Another crystal clear example is Meldrum’s use of Henner Fahrenbach’s “statistical analysis of reported Sasquatch dimensions,” based on a collection of stories and anecdotes which Meldrum HIMSELF admits “may or may not be credible”(!).

    That Meldrum–a scientist as he keeps reminding us–would take this sort of information at face value and present it as good science is astounding. Bigfoot research deserves better than this.

  13. DWA responds:

    The unfortunate things, Ben, are that:

    1. In the absence of a holotype, sightings, footprints, hair, video and other less-than-proof are all we have to work with.

    2. As the animal is unconfirmed, there’s no way to say FOR SURE what it looks like. Again, sightings are all we have on this, which is why Fahrenbach annotates the analysis as “reported.”

    It’s my belief that, if there’s an animal out there, it’s teaching us one hell of a lot about how much we think we know — about everything — compared to how much we really do. And we sure haven’t confirmed it by rehashing old evidence that many have simply refused to go with and never will.

    The next thing to do is field research, by professionals with the resources and time to spend in the field. (Not just amateurs who can only donate the occasional weekend if they want to keep a roof over their heads.)

    If this is going to happen, where should the pros go? Well, it only makes sense to go where there have been concentrations of good sighting reports by what appear to be reliable witnesses. That IS good science. When something isn’t known, you don’t have the known to go on.

    If you ask me, it says a lot for the quality of the reports as evidence that almost anybody could look at a composite sketch, based on all the ones I’ve read, and say yep, that’s what I saw. The consistency on so many points of so many reports is nothing short of remarkable, no matter how you slice it.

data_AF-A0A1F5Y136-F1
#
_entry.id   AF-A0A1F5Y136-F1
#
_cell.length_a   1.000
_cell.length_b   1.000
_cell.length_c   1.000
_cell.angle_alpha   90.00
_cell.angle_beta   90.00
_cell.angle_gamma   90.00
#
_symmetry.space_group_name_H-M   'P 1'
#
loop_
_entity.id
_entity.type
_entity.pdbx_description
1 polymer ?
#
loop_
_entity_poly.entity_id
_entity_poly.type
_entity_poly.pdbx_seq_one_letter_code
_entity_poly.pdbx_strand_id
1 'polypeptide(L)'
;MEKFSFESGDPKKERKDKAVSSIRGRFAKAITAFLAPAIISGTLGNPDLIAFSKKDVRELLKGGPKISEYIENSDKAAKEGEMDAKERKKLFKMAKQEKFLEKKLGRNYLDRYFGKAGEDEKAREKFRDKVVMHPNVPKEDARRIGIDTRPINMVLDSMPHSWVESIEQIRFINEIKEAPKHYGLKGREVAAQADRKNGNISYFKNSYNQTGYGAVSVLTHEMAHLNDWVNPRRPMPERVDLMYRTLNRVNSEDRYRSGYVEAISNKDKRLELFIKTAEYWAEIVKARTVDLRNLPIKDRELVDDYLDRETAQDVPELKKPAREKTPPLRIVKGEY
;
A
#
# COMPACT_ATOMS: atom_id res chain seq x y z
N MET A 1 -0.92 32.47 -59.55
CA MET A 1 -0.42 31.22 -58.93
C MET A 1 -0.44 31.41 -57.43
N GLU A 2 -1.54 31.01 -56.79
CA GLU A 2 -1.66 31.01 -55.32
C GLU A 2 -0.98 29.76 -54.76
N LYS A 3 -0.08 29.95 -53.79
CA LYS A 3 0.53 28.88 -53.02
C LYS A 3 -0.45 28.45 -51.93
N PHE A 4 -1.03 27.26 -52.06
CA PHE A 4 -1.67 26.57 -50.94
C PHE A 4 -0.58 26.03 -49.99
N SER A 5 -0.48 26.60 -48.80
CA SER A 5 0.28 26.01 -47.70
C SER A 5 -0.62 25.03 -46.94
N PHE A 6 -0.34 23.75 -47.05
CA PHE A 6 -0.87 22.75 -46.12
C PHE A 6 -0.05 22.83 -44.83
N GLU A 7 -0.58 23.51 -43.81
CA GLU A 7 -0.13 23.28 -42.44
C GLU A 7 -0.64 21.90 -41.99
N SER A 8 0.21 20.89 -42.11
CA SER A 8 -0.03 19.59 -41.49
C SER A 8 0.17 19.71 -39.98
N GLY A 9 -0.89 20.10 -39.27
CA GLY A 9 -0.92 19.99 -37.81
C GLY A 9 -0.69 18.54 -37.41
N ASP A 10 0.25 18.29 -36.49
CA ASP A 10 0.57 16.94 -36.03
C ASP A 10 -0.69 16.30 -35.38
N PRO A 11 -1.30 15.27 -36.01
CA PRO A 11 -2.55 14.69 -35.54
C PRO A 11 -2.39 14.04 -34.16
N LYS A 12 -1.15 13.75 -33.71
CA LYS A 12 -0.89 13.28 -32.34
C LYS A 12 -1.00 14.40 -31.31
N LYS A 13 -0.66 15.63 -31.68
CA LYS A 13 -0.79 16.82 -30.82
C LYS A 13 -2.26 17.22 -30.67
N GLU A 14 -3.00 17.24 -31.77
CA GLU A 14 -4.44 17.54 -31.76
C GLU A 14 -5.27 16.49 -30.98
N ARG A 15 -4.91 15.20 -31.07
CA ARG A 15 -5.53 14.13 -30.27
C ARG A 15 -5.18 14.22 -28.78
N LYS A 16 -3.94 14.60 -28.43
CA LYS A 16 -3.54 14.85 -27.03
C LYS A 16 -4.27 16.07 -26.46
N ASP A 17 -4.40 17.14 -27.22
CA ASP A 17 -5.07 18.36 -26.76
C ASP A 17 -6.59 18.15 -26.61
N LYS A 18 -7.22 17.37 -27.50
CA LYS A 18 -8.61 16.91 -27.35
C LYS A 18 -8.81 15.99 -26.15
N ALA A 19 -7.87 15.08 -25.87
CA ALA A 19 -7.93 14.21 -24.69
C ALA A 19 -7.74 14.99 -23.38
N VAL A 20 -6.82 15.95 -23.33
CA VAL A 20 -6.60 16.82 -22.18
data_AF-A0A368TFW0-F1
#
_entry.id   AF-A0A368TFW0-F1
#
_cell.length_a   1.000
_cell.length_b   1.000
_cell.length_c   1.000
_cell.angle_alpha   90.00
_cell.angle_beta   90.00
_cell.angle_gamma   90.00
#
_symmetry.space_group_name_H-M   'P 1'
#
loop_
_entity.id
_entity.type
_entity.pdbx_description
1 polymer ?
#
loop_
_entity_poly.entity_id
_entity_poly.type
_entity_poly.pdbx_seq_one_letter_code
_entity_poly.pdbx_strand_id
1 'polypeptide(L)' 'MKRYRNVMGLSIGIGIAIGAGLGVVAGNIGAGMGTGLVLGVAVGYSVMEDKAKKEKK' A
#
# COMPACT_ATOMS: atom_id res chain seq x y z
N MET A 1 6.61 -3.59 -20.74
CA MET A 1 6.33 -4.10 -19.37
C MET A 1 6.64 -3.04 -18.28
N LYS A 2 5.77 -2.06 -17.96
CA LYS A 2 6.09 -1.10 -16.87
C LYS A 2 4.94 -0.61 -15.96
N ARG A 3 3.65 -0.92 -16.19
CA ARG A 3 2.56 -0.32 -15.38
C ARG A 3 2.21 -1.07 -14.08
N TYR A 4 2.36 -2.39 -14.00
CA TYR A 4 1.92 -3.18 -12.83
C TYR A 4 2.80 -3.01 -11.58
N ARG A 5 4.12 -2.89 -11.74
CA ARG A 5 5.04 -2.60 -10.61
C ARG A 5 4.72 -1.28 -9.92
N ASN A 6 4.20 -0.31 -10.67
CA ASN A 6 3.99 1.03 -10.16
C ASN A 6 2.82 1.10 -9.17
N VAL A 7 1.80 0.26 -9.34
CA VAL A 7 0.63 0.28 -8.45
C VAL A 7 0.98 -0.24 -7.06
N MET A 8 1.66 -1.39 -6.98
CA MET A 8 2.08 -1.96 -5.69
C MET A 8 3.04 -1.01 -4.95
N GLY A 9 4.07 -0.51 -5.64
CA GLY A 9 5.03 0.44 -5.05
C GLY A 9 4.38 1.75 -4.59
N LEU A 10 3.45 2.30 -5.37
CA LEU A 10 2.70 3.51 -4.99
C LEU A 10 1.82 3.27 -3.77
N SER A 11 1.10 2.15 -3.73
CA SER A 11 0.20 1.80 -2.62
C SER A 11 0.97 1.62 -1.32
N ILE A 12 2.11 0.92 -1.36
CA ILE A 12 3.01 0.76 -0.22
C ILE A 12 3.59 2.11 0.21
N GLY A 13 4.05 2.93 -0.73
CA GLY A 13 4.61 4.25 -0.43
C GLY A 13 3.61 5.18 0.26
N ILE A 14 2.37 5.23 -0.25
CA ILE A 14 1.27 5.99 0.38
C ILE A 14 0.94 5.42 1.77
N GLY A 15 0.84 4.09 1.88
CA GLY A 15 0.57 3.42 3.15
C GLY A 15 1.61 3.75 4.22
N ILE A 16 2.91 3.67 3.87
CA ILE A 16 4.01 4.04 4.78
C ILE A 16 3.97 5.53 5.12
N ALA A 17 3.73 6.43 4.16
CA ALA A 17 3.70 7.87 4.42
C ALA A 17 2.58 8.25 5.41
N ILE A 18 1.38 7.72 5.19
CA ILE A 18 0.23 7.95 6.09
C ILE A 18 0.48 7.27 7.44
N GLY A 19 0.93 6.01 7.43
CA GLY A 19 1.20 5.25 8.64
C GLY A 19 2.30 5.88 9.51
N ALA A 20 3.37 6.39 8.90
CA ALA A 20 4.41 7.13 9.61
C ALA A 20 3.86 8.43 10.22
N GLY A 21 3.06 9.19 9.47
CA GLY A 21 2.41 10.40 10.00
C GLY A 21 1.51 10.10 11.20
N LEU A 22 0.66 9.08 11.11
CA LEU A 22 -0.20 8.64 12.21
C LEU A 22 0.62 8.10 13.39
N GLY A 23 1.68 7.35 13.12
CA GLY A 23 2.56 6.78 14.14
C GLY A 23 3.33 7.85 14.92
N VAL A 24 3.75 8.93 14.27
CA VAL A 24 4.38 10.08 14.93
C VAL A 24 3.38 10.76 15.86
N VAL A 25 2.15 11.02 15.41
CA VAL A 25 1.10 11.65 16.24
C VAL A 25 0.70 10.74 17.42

Other than that, you’re just waiting for some yahoo in a pickup truck to shoot a Bigfoot. Hasn’t happened yet.

  14. DWA responds:

    And this I think needs double emphasis, re:

    “Good scientists distinguish valid evidence from invalid evidence, real from fake.”

    One can’t do this, no matter how good a scientist, if one is working from the current base of information. With a wolverine, you can say what constitutes valid evidence and what doesn’t. Although, as Barry Lopez points out so eloquently in “Of Wolves and Men,” long-term observation of an animal in the wild can yield data that one would have considered totally non-characteristic — if one hadn’t seen it firsthand.

    If you don’t even know, for certain, that there is an animal out there, you don’t know what “valid” is. (And you can only pronounce “fake” if you see a trace of artifice clearly left by a human.) You work with what you have.

    When the apple fell on Newton’s head, he didn’t consider it valid evidence of the earth’s gravitational field. He said, what the hell?…and took it from there.

  15. DWA responds:

    Oh. And this requires emphasis too.

    Anybody who knows anything about the raft of new species discoveries in Vietnam (maybe the best example) over the past fifteen or so years knows how they happened:

    1. Sighting reports by locals.

    2. Sketchy scraps of dubious evidence.

    3. Full-time, professional, real scientists, following up.

  16. Benjamin Radford responds:

    I see DWA has once again managed to avoid addressing my main criticism, that Meldrum is presenting invalid research as good science. I will take that as a tacit admission of my point.

    I’m not going to comment further on DWA’s opinions, as from past experience I know it would be fruitless. People like DWA hide behind fake names, posting anonymously, and criticizing any experts and scientists they happen to disagree with while wilfully ignoring any skeptical studies or criticism.

    Unlike DWA, I am not afraid to have my name associated with Bigfoot. I have actual academic credentials related to the field, and have done published fieldwork in cryptozoology. Also unlike DWA, I have read extensively on both sides of the topic, not just the one I agree with. Then again, getting both sides to a story has never really been a strong point in cryptozoology.

  17. DWA responds:

    Ben, come, come now. Stop name calling and belittling, and join us at the table.